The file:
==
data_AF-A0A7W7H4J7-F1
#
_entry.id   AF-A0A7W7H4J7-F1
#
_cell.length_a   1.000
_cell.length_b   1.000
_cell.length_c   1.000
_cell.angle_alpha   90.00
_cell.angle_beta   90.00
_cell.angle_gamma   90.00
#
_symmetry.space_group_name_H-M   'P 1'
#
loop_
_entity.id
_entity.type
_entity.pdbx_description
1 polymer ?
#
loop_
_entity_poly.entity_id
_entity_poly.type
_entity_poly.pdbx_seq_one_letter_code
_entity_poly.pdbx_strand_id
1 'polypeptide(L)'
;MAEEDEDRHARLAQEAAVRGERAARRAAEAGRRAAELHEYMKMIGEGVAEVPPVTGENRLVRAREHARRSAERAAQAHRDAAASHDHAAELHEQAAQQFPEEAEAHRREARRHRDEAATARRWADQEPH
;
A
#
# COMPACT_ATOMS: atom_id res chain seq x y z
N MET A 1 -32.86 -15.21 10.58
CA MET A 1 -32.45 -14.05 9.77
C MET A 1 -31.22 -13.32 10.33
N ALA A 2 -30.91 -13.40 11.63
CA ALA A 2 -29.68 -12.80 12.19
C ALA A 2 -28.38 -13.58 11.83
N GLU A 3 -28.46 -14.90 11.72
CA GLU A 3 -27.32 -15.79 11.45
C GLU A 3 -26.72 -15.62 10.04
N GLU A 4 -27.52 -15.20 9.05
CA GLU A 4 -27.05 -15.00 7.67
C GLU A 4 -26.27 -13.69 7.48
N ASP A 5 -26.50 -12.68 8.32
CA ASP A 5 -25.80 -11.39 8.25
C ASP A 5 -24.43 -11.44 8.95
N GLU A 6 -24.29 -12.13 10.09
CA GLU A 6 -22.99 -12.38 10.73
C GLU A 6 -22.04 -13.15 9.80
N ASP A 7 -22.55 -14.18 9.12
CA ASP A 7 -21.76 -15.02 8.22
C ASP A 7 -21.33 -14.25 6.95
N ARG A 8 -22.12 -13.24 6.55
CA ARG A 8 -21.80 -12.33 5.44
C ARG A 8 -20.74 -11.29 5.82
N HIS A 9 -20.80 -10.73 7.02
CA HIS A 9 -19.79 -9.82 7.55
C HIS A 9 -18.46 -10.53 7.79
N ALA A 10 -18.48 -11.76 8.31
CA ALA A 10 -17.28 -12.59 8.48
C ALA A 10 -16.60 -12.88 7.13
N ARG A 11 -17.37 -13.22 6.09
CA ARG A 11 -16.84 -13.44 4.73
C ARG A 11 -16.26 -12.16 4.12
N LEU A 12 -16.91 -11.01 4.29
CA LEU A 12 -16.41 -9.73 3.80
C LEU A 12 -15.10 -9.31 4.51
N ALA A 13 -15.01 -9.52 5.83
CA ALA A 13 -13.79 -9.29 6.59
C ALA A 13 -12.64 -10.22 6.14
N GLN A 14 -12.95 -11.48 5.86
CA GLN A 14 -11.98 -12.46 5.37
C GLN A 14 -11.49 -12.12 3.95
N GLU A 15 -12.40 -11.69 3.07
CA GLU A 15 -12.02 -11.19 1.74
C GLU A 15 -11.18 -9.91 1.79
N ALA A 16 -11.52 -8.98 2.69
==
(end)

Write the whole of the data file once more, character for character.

data_AF-A0A7W7H4J7-F1
#
_entry.id   AF-A0A7W7H4J7-F1
#
_cell.length_a   1.000
_cell.length_b   1.000
_cell.length_c   1.000
_cell.angle_alpha   90.00
_cell.angle_beta   90.00
_cell.angle_gamma   90.00
#
_symmetry.space_group_name_H-M   'P 1'
#
loop_
_entity.id
_entity.type
_entity.pdbx_description
1 polymer ?
#
loop_
_entity_poly.entity_id
_entity_poly.type
_entity_poly.pdbx_seq_one_letter_code
_entity_poly.pdbx_strand_id
1 'polypeptide(L)'
;MAEEDEDRHARLAQEAAVRGERAARRAAEAGRRAAELHEYMKMIGEGVAEVPPVTGENRLVRAREHARRSAERAAQAHRDAAASHDHAAELHEQAAQQFPEEAEAHRREARRHRDEAATARRWADQEPH
;
A
#
# COMPACT_ATOMS: atom_id res chain seq x y z
N MET A 1 -32.86 -15.21 10.58
CA MET A 1 -32.45 -14.05 9.77
C MET A 1 -31.22 -13.32 10.33
N ALA A 2 -30.91 -13.40 11.63
CA ALA A 2 -29.68 -12.80 12.19
C ALA A 2 -28.38 -13.58 11.83
N GLU A 3 -28.46 -14.90 11.72
CA GLU A 3 -27.32 -15.79 11.45
C GLU A 3 -26.72 -15.62 10.04
N GLU A 4 -27.52 -15.20 9.05
CA GLU A 4 -27.05 -15.00 7.67
C GLU A 4 -26.27 -13.69 7.48
N ASP A 5 -26.50 -12.68 8.32
CA ASP A 5 -25.80 -11.39 8.25
C ASP A 5 -24.43 -11.44 8.95
N GLU A 6 -24.29 -12.13 10.09
CA GLU A 6 -22.99 -12.38 10.73
C GLU A 6 -22.04 -13.15 9.80
N ASP A 7 -22.55 -14.18 9.12
CA ASP A 7 -21.76 -15.02 8.22
C ASP A 7 -21.33 -14.25 6.95
N ARG A 8 -22.12 -13.24 6.55
CA ARG A 8 -21.80 -12.33 5.44
C ARG A 8 -20.74 -11.29 5.82
N HIS A 9 -20.80 -10.73 7.02
CA HIS A 9 -19.79 -9.82 7.55
C HIS A 9 -18.46 -10.53 7.79
N ALA A 10 -18.48 -11.76 8.31
CA ALA A 10 -17.28 -12.59 8.48
C ALA A 10 -16.60 -12.88 7.13
N ARG A 11 -17.37 -13.22 6.09
CA ARG A 11 -16.84 -13.44 4.73
C ARG A 11 -16.26 -12.16 4.12
N LEU A 12 -16.91 -11.01 4.29
CA LEU A 12 -16.41 -9.73 3.80
C LEU A 12 -15.10 -9.31 4.51
N ALA A 13 -15.01 -9.52 5.83
CA ALA A 13 -13.79 -9.29 6.59
C ALA A 13 -12.64 -10.22 6.14
N GLN A 14 -12.95 -11.48 5.86
CA GLN A 14 -11.98 -12.46 5.37
C GLN A 14 -11.49 -12.12 3.95
N GLU A 15 -12.40 -11.69 3.07
CA GLU A 15 -12.02 -11.19 1.74
C GLU A 15 -11.18 -9.91 1.79
N ALA A 16 -11.52 -8.98 2.69